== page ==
On Saturday the Catholic Church in England celebrated the memorial of the Blessed Dominic of the Mother of God, the Passionist beatus better known as Dominic Barberi, whose major claim to fame is that he received the Blessed John Henry Newman into the Church. He is not yet a saint, which means that his cult is only celebrated in this country where he spent a significant part of his pastoral labours; but even in England he remains too little known. Wikipedia has a good article on him, and the Archdiocese of Birmingham also has this useful biographical sketch of him.
Every saint has something to teach us, and Blessed Dominic is no exception. Newman had this to say about him:
Father Dominic was a marvellous missioner and a preacher filled with zeal. He had a great part in my own conversion and in that of others. His very look had about it something holy. When his form came within sight, I was moved to the depths in the strangest way. The gaiety and affability of his manner in the midst of all his sanctity was in itself a holy sermon. No wonder that I became his convert and his penitent. He had a great love for England.
Blessed Dominic was known for his kindness and his sense of humour. He even cracked the odd joke. But it was zeal that was his chief characteristic, which drew souls to God. He actually believed with all his heart what he wanted other people to come to believe as well, and his converts knew it. That was why there were so many of them.
Blessed Dominic’s life in England was remarkably short, less than a decade, and he was not a young man when he ministered here, but his efforts certainly bore fruit. Most of his energies went into preaching retreats and holding missions. The retreats were important for the clergy, religious and seminarians, who would, in their turn, pass on what they had heard. They would be pretty full on “total immersion” experiences with sermons, periods of silence, prayers and devotions lasting all day, from very early in the morning until late at night. As for the missions, which would usually take place in industrial urban centres, these were pretty exhausting and exhaustive too, consisting of series of sermons early in the morning and late at night, for workers, and various devotions during the day, as well as numerous opportunities to go to confession. They certainly drew in the crowds, and in this they probably got a free helping hand from the Protestant clergy who would do all they could to try and dissuade people from going.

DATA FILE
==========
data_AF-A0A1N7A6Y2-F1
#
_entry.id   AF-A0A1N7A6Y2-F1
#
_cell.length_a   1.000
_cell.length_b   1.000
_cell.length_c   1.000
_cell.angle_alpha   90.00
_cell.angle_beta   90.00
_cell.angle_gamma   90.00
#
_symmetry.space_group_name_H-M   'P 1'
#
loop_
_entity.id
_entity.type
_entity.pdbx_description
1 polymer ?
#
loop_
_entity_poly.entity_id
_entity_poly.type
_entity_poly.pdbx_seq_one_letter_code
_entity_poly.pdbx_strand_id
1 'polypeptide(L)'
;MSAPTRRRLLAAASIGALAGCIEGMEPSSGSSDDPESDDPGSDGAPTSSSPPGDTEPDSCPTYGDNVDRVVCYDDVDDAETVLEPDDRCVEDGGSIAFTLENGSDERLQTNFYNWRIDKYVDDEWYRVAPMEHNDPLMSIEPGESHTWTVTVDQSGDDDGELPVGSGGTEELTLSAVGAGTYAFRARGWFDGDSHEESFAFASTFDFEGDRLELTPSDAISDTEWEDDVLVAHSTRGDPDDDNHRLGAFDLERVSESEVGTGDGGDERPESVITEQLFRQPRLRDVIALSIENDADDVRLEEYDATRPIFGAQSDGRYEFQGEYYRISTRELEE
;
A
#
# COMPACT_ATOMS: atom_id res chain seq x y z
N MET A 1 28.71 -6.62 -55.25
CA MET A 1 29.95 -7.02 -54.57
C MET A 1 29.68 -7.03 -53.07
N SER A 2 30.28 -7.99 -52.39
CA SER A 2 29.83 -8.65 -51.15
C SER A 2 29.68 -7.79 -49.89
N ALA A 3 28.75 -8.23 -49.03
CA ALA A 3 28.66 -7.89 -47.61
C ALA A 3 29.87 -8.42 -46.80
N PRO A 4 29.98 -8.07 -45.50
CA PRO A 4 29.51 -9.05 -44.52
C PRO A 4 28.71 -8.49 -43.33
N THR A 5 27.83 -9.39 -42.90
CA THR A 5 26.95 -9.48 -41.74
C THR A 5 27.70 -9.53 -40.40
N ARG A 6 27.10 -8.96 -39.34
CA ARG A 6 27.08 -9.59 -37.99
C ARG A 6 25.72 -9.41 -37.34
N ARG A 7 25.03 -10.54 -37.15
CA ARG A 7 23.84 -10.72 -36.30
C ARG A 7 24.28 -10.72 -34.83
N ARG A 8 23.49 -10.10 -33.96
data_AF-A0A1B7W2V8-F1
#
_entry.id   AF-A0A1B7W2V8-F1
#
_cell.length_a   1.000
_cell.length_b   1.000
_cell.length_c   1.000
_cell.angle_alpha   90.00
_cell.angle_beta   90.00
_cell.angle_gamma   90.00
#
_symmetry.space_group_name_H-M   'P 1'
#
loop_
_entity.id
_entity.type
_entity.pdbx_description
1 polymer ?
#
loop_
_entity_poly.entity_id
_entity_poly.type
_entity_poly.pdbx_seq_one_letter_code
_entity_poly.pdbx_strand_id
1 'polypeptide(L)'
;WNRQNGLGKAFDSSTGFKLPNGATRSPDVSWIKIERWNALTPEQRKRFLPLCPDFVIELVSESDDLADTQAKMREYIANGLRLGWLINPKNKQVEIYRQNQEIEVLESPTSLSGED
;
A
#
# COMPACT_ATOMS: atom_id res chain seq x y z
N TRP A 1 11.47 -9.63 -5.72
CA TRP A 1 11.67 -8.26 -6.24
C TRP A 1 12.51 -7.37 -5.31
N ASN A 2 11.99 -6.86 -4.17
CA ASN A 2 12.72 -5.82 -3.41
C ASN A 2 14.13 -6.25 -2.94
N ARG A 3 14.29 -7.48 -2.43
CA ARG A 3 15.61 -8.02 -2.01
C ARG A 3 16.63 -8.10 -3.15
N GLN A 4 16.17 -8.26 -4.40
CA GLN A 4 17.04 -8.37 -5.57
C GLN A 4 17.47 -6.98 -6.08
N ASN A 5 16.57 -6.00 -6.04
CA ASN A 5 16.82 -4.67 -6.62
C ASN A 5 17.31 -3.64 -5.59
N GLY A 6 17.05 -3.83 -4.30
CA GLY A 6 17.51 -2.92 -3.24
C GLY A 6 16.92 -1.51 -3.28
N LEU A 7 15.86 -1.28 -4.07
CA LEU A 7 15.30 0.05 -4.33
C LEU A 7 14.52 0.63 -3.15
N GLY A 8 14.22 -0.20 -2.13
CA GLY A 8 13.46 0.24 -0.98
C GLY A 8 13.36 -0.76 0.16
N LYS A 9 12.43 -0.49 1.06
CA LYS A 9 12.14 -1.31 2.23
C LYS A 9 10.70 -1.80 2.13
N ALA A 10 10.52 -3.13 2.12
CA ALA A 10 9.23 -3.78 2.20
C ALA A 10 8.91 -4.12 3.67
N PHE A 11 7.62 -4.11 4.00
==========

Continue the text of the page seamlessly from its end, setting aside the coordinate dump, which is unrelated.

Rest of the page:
Blessed Dominic was frequently assaulted in the street, verbally and physically, and had stones and mud thrown at him, as he walked along in his Passionist habit, wearing his biretta. He did not mind at all, and perhaps knew that attracting any attention at all was always good for the Gospel.
Catholics today know that we should concentrate on mission not maintenance. There can be no debate about that, but the truth remains that we have very little clue about how to go about mission. The model used in the nineteenth century has faded from view, and we still don’t know with what to replace it. Many of the models we have tried since have shown very poor results. (You may remember this report on the matter from the Daily Telegraph.)
So what then can be done? One thing is clear: without courage and zeal, of the type Blessed Dominic had, nothing at all can be done. So the first thing to do is to pray for these virtues. We won’t become heralds of the Gospel until we are given the grace by God to be such; and we won’t be given that grace until we want it. So let us start wanting it.
The other pre-requisite, before we can even get started, is to get into the mindset of proclamation. There is only one Truth, that of Jesus Christ and His Church, and we should not allow ourselves to be infected with the heresy of indifferentism, the idea that every “truth” is somehow valuable. We have to be forthright, and we must not give an inch when it comes to the truth of the faith.
Talking of which, I just love this story about Blessed Dominic: “[When a Protestant minister] followed Barberi along a street shouting out various arguments against transubstantiation, Barberi was silent, but as the man was about to turn off, Barberi retorted: ‘Jesus Christ said over the consecrated elements, ‘This is my body.’ You say ‘No. It is not his body!’ Who then am I to believe? I prefer to believe Jesus Christ.’” Like Blessed Dominic, we have to tell it like it is, without cowardice and without apology.
Something similar is happening today in certain quarters, as readers of the Catholic Herald will have noticed. Bishop Philip Egan of Portsmouth, for example, has met challenges to the Catholic faith head on. This cannot have been easy at all times for His Lordship, and he has had the equivalent on the stones and mud that Blessed Dominic endured thrown at him, but he has stuck to his guns. As a result (and yes, I do think there is a direct connection between the two) the diocese of Portsmouth now has 14 young men entering seminaries this year, the highest in living memory.